exact match domain names

Exact Match Domain Names Can’t Beat Amazon By Themselves


The FootballHelmets.com story

From an Exact Match Domain Name to a Working Website

Back in 1998, I started registering domain names.  I bought and sold a few different domain names over the years with names like buyliquor.com, xproperties.com, a few different 4 digit domain names, and various names that were followed by realty or real estate.   There were several domain names that I could have bought, but never pulled the trigger on.  The 3 digit dot come for my initials is one example; also a lot of two word phrases.  One name I thought about registering, but never did, was the catchy phrase: footballhelmets.com.

Fast forward to 2010, and a daily domain name for sale newsletter had footballhelmets.com available for around $40,000.  I think it was reduced to $30,000, and at that point I made an offer.  I negotiated for awhile and ended up buying the footballhelmets.com domain name for $20,000.  I wasn’t 100% sure what I wanted to do with the domain name and initially used a domain parking page from Google that only pastes AdWords on the site.  This generated less than $100 a month.  (Google has since discontinued that service and made other changes resulting in domain parking revenue substantially decreasing everywhere.)  I knew ultimately I wanted to do something that generated some real money.

How Football Helmets are Sold

The football helmet market is really two separate markets.  The first is football helmets for players; everyone from Pee Wee and Pop Warner all the way up through high school, college, and professional football.  These are basically safety devices and need to be sized and fitted properly in order to minimize the liability of the retailer and helmet manufacturer when it comes to concussions and other head injuries.  This market involves face-to-face interaction and isn’t really suited for the Internet.  The second market is collectible football helmets, including full-size and mini-helmets.  These helmets are not worn; instead, people collect these and display them on their desk, in cases, etc. and they also make a great place for autograph.  This is the market I wanted to go after.

I decided to build an online store and considered Volusion, Shopify and other providers.  It was a bit of a toss-up, but I ended up going with Volusion.   I wanted to design a business that was as passive as possible.  I found a company that sells a lot of sports collectibles including football helmets wholesale to other merchants, and even drop ships them for you.  The logo I got designed on Fiverr for $5, and I found someone overseas on elance (now Freelancer.com) to upload 100’s of photos and descriptions to my Volusion site for a few hundred bucks.  My marketing strategy depended on people typing the name directly into their browser, or finding me several pages deep in their Google search.  (I did benefit from sold old links to the footallhelmets.com name on sites with some mild page rank; they were probably generated when the site had something else there)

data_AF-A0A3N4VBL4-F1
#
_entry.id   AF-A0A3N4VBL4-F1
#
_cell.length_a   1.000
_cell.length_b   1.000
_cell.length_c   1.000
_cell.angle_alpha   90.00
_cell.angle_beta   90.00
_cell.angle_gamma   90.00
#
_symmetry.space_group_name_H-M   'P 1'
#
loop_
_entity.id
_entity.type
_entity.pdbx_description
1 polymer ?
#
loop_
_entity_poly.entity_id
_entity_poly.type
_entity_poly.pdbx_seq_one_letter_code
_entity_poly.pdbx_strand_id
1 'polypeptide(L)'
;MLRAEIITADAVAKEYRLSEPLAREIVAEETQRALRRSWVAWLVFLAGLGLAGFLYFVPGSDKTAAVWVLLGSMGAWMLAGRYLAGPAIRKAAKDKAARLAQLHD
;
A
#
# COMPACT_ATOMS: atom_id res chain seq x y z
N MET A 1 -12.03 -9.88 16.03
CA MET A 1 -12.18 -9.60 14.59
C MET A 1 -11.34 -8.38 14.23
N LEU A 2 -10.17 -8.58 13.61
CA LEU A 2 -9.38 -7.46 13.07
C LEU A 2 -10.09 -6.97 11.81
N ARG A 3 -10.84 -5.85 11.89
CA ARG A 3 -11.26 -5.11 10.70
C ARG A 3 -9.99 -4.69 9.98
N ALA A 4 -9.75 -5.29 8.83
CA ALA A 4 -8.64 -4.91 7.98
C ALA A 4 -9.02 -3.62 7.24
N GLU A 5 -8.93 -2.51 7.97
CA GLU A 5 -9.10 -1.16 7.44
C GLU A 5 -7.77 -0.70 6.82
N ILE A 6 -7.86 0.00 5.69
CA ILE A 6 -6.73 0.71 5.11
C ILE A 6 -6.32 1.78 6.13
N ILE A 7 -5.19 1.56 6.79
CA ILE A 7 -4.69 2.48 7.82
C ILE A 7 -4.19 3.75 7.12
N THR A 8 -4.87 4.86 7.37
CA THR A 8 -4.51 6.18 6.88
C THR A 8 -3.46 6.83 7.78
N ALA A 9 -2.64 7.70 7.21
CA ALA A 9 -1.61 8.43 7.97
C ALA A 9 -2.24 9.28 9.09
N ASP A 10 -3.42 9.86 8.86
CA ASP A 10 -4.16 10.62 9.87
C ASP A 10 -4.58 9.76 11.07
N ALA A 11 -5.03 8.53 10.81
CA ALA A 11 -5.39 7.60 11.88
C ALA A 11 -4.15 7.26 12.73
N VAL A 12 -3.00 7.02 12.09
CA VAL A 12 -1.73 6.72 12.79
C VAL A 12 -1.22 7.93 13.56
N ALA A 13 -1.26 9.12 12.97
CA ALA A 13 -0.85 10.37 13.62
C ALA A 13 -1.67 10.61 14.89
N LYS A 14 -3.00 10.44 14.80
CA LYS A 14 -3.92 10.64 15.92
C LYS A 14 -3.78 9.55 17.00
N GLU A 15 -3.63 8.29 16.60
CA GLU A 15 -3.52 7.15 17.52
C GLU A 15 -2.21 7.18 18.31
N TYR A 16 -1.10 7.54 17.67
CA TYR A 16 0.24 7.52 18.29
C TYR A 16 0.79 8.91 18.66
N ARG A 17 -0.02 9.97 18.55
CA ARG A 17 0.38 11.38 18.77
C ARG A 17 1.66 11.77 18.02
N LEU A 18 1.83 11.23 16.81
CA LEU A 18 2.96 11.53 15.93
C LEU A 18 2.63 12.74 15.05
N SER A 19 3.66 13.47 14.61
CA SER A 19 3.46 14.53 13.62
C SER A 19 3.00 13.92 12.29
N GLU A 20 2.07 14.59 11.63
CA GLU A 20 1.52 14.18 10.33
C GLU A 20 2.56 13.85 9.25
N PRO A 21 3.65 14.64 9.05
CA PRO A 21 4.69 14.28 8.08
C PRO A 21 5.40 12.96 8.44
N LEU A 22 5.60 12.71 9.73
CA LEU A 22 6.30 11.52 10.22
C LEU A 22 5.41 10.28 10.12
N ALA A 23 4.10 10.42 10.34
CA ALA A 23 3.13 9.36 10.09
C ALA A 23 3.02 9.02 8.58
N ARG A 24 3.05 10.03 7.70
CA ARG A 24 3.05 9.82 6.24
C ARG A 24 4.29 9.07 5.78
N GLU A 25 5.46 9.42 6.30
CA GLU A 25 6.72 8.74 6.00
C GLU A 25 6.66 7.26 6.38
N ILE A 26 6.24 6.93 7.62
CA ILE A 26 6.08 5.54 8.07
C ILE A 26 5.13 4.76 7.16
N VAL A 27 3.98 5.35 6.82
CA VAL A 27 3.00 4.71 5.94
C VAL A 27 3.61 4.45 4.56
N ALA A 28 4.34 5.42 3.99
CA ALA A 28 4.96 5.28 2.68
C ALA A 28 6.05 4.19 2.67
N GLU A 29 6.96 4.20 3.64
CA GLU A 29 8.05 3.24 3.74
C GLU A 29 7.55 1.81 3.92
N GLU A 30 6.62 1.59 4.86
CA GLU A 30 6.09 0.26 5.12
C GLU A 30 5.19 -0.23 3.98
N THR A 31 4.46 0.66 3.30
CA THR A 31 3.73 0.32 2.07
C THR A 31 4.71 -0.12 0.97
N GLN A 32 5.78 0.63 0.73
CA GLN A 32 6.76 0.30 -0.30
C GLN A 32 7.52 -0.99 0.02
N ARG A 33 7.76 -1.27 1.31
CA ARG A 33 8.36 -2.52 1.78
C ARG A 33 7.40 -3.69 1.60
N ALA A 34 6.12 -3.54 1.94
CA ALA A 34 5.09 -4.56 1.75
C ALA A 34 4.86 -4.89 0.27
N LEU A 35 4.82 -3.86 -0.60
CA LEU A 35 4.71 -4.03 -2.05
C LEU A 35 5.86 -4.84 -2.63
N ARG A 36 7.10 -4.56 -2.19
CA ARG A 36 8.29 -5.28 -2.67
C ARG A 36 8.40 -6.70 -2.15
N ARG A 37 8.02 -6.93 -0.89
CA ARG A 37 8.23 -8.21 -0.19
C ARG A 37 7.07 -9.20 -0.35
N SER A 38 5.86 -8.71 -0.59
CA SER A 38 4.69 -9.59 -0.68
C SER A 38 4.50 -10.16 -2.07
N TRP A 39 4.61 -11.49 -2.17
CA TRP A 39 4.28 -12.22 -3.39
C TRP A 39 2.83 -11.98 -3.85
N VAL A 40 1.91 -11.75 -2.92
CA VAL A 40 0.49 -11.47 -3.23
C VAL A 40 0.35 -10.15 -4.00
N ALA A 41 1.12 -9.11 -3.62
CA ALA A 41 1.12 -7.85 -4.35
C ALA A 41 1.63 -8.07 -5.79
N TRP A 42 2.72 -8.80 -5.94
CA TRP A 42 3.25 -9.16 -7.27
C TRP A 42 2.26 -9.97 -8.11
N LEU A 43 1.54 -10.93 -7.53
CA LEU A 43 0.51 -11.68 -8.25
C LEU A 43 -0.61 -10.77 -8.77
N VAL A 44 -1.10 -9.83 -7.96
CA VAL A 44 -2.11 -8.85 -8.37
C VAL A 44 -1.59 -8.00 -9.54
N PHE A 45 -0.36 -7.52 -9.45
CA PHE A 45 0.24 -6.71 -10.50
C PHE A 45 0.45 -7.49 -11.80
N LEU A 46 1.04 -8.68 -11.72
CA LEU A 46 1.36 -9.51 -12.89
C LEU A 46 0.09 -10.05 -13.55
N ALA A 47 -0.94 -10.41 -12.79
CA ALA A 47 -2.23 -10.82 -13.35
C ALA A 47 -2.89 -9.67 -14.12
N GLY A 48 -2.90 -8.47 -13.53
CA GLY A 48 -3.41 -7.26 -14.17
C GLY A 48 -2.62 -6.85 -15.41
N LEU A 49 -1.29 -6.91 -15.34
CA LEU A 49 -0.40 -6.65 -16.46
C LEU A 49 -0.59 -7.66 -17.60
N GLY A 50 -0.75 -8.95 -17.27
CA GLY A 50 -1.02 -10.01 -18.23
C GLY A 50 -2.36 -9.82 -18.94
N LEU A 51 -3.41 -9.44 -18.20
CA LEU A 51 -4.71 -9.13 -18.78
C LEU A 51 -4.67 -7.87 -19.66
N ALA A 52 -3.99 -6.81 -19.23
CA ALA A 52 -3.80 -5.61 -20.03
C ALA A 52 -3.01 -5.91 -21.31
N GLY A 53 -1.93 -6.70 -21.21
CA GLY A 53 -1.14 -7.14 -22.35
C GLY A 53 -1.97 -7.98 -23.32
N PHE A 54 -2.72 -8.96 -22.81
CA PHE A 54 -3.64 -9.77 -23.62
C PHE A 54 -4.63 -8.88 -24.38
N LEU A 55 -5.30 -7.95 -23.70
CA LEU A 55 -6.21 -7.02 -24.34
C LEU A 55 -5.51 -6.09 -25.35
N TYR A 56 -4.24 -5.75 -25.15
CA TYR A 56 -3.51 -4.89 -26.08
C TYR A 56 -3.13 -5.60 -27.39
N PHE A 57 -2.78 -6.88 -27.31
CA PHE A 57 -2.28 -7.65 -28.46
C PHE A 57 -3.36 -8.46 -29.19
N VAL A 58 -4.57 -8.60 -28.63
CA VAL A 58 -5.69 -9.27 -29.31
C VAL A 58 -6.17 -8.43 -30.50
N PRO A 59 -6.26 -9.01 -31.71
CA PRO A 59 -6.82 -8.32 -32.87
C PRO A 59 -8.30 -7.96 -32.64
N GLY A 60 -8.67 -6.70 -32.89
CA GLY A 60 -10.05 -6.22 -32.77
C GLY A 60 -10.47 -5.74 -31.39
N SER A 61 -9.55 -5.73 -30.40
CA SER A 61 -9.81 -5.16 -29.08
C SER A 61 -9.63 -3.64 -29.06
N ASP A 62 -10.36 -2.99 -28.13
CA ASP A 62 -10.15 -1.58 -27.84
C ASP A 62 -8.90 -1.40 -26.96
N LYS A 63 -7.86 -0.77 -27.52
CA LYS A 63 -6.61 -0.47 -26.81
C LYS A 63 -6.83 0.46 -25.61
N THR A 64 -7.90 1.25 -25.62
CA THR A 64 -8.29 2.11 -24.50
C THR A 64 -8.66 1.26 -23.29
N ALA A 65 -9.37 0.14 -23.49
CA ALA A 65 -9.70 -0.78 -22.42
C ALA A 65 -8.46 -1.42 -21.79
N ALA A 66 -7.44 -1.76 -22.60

Let Me Introduce You to My Friend Amazon.com

Online retail is not something that you can approach in such a half-assed fashion.  No matter how hard you try to avoid it, there is some customer service involved, like when UPS drops off a package in a condo office and the customer can’t find it.  You have to deal with returns.  You get emails from customers.  A direct match name is good from a branding standpoint, but it doesn’t necessarily generate much traffic.  Finally, and most importantly, you are in direct competition with Amazon.com and eBay.  I was selling a commodity product.  You could do a Google search or Amazon search and find dozens of stores that would sell you an Ohio State mini helmet.  At that point, it just came down to price.  Additionally with Amazon Prime and the fact that they already have all your information on file, Amazon is just an easier way to buy the helmet.  Ebay doesn’t have quite the advantages of Amazon, but it has a massive amount of traffic nonetheless.

While my online store was profitable, I decided to sell the domain name to someone else for around $25,000 (when you have a valuable domain name, you get approached by buyers periodically, and there are a number of sites where you can auction the name).  Earning a couple of hundred bucks a month was not worth the hassle.  In retrospect, the smarter thing to do would have been to develop it with unique content; maybe provide an online app for designing football helmets or a way to involve a picture of a football helmet with social networking in some way.  Or at least sell collectible football helmets that you could not get anywhere else (perhaps obscure D-III schools, large high schools, etc.)  If you are selling a commodity, a cheap and boring online store is no match for the big boys.

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